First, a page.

Cruise-Holmes divorce could be a legal mess

6:09 PM, Jun 30, 2012   |    comments
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The Tom Cruise/Katie Holmes divorce announced Friday is sure to launch a zillion nasty jokes over the next few weeks, but whether the split will be legally nasty will depend on the pre-nup (surely there is one) and whether Holmes gets the sole custody of daughter Suri, 6, she's seeking, legal experts say.

"The fact that she asked for sole legal and primary physical custody, that could be nasty," says Judge Lynn Toler , the judge on Divorce Court, now in its 14th year on TV.

New York-based matrimonial-law attorney Paul Talbert says the divorce could get messier than previously imagined. "Her filing for divorce and asking for sole custody is a clear indication that there's a disagreement between them right now with regard to how they're going to resolve issues of custody with Suri," Talbert says.

On the one hand, Cruise has a lot to lose in terms of image if his third divorce turns ugly, Toler says. "It seems like it would not be his style or her style, that they would do their best to make it as calm, cool and out of the papers as possible."

On the other hand, even non-famous, non-rich couples can go nuclear over custody issues, she says. "Kids are where the huge fight is," she says. "People want their kids, they want the ability to be with them on a daily basis, and this often becomes one of the most common factors that trigger the nastiest divorces."

Bonnie Fuller, editor-in-chief of, says that if Cruise wants to protect his public image from a divorce battle, he should agree to granting Holmes sole custody with generous visitation rights for him. If nothing else, it would dampen buzz she's trying to protect Suri from being indoctrinated in Scientology, the controversial church in which Cruise has a leadership role.

Already, entertainment websites such as TMZ are speculating that Scientology is the reason Holmes is splitting, because she feared Cruise would drag Suri deeper into the church.

"I think there's going to be speculation about, 'Does Katie want custody because she doesn't want her to be raised as a Scientologist?' " Fuller says. "But he's always been seen as a good and devoted dad, so he cannot sacrifice having a relationship with his daughter, either."

No matter what, a battle over custody is unpredictable, says Hollywood PR veteran Michael Levine. "It's hard to envision a scenario where an amazingly controlling guy like Tom Cruise would respond (well) to custody challenges with Suri, and that could play out in any number of ways. We just don't know."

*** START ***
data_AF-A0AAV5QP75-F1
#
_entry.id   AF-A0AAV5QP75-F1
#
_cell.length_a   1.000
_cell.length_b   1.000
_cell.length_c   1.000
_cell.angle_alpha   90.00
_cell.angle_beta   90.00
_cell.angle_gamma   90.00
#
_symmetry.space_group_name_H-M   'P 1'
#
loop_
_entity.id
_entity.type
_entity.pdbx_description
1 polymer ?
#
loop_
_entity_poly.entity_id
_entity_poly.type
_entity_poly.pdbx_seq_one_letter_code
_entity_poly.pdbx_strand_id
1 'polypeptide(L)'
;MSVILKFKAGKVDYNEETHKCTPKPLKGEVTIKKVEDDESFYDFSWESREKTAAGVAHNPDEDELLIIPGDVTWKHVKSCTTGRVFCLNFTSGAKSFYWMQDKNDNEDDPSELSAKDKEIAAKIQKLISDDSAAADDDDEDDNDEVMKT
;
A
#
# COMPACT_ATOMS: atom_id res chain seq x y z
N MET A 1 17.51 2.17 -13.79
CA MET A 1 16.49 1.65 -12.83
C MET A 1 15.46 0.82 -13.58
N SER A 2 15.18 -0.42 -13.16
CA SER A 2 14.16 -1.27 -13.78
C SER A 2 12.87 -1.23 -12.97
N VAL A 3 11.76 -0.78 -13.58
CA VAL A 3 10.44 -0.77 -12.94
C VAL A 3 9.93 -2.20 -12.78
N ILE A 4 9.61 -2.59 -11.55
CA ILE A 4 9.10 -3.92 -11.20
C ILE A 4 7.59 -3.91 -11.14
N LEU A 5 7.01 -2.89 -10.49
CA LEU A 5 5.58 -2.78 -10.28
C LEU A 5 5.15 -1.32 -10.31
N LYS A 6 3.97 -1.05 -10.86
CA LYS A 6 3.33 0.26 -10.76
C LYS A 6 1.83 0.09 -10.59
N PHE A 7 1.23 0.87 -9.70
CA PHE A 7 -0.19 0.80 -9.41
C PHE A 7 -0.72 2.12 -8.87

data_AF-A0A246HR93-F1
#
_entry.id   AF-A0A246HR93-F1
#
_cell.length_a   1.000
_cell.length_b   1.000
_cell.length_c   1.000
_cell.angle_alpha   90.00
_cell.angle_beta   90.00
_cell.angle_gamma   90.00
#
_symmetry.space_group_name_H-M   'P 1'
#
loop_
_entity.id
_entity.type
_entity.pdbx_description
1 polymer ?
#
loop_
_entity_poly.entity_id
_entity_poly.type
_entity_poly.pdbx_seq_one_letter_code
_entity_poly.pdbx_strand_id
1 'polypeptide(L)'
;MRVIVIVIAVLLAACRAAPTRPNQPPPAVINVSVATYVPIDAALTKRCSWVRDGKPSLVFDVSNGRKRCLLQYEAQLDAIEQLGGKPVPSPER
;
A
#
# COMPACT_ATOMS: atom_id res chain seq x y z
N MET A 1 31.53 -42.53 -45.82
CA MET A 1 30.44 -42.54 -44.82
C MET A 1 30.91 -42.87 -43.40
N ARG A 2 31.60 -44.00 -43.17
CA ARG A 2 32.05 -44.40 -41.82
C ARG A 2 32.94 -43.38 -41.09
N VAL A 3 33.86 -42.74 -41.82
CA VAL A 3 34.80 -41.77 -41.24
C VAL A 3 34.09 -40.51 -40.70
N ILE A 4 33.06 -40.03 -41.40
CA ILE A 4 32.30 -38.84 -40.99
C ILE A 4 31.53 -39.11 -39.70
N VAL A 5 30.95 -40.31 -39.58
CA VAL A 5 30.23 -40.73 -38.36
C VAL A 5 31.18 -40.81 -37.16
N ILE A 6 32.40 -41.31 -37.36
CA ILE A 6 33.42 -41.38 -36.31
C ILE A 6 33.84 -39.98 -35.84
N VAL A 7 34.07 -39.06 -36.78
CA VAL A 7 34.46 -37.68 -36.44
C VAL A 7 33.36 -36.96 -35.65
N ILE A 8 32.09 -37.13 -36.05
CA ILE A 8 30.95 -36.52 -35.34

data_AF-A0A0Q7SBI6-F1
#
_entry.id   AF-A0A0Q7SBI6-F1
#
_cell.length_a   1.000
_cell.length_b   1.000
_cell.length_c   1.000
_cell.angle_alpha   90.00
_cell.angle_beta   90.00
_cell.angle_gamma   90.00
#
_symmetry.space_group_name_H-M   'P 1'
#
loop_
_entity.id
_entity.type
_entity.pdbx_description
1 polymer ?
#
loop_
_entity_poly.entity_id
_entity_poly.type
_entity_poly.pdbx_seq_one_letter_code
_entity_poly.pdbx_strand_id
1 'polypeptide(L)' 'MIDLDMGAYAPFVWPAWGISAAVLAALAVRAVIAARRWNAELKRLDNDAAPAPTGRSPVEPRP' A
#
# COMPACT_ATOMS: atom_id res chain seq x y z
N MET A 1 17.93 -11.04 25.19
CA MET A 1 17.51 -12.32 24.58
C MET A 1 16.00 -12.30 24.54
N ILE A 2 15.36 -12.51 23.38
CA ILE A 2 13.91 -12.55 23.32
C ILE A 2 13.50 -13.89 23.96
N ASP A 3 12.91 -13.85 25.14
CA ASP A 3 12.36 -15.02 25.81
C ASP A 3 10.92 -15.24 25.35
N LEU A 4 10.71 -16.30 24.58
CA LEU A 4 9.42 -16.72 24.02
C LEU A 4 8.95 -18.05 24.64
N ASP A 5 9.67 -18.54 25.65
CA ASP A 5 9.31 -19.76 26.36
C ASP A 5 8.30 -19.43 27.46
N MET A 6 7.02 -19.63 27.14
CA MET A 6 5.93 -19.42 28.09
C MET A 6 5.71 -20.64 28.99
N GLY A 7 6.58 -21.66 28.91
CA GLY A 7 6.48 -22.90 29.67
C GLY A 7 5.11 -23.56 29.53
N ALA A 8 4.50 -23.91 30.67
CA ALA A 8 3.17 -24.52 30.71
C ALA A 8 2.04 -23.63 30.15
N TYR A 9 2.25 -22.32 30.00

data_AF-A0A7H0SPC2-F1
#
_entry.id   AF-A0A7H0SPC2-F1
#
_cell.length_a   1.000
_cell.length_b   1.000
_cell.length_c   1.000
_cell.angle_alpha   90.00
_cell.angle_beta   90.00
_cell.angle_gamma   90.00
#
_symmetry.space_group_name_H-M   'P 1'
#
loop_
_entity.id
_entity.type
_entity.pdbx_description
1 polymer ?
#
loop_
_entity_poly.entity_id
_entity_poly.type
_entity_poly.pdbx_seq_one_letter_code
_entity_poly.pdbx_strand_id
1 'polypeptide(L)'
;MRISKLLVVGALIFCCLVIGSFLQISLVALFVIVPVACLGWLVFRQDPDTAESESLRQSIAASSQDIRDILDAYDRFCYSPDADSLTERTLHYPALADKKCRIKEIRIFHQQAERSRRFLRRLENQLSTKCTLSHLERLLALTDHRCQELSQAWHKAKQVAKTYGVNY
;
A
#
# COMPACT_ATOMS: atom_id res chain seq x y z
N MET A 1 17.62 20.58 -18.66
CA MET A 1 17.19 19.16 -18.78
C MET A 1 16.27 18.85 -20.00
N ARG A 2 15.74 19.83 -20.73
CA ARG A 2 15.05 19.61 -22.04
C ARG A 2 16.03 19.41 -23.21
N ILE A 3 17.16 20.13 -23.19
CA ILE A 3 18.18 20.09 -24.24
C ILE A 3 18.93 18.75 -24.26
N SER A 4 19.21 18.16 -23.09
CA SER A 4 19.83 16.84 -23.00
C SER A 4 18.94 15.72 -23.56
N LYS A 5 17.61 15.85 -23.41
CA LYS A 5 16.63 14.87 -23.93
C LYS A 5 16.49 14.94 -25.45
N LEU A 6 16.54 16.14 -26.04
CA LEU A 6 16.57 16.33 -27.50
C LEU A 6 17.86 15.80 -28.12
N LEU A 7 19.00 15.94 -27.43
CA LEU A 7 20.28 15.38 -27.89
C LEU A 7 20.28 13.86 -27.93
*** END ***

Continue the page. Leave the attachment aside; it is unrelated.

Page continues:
Toler says Cruise and Holmes would not be on a level playing field going into a divorce. Holmes is much younger than Cruise, her career is not as huge, from the beginning she said she had a crush on Cruise and that she was marrying her idol. Plus, as a two-time divorcé, he's more psychologically prepared for what's about to happen than she is.

"It could be a situation where she does not have the same caché and control, even though I'm sure she has a good lawyer," Toler says. "I worry about the equity in power in a divorce situation."

There is one possible factor in favor of a reasonably smooth divorce: "I'm sure there's an iron-clad pre-nup," says Toler. A pre-nup can right away resolve a lot of the economic issues in any divorce, cutting down on the fighting, she says.

Indeed, it's probable Cruise had a pre-nuptial agreement with Holmes, his third wife, 16 years his junior and only a starlet compared to his international movie-idol-multimillionaire status, says Levine.

"I think we can reasonably assume he had a pre-nup - Tom Cruise is not that crazy," Levine says.

Talbert says he predicts that there is a pre-nup and one that involves a "substantial payout" to Holmes. Besides, Holmes is substantially well-paid herself, and that income will probably be hers to keep, he says.

Despite their fame, Talbert expects the messier details of the divorce will not spill out because of likely confidentiality clauses. "There won't be a battle in the press," he predicts.

It's significant that Holmes filed for divorce in New York, an equal-distribution state, meaning that instead of splitting everything 50-50 as in a community property state such as California, judges decide what's a fair distribution based on guidelines. Also, New York divorce judges have more discretion in deciding the causes for ending a marriage, including disagreements over raising children.

Talbert says filing in New York suggests Holmes wants Suri to remain in their New York home. Any pre-nup should stand regardless, he says, because New York has a strong public policy in favor of pre-nups.

"It's very difficult to invalidate a properly executed pre-nup," he says. In New York, custody "laws are gender neutral. It's a pure best-interest-of-the-child analysis."

The couple also will eventually have to agree on the details of how Suri is going to be supported, says Talbert, including how much time the child will spend with each parent. Details such as nannies, schooling, and travel to movie sets to see Cruise or Holmes will have to be hammered out, too. "How are they going to divide her substantial additional expenses? Is Tom covering 100% of them or is Katie going to contribute?"

No matter what happens in court, Cruise still has to worry about the court of public opinion around the world, says Levine. Holmes? Not so much. "She's young and her career so far, well, let's just say she's not hit a home run on anything she's done yet. Hilary Swank she ain't."

But at least she doesn't have to put up with the torrent of jokes sure to made about Cruise on late-night TV, Levine says. "Over the next two to three weeks, every talk show host will use this as a joke line - every night, drip, drip, drip, over and over and over."

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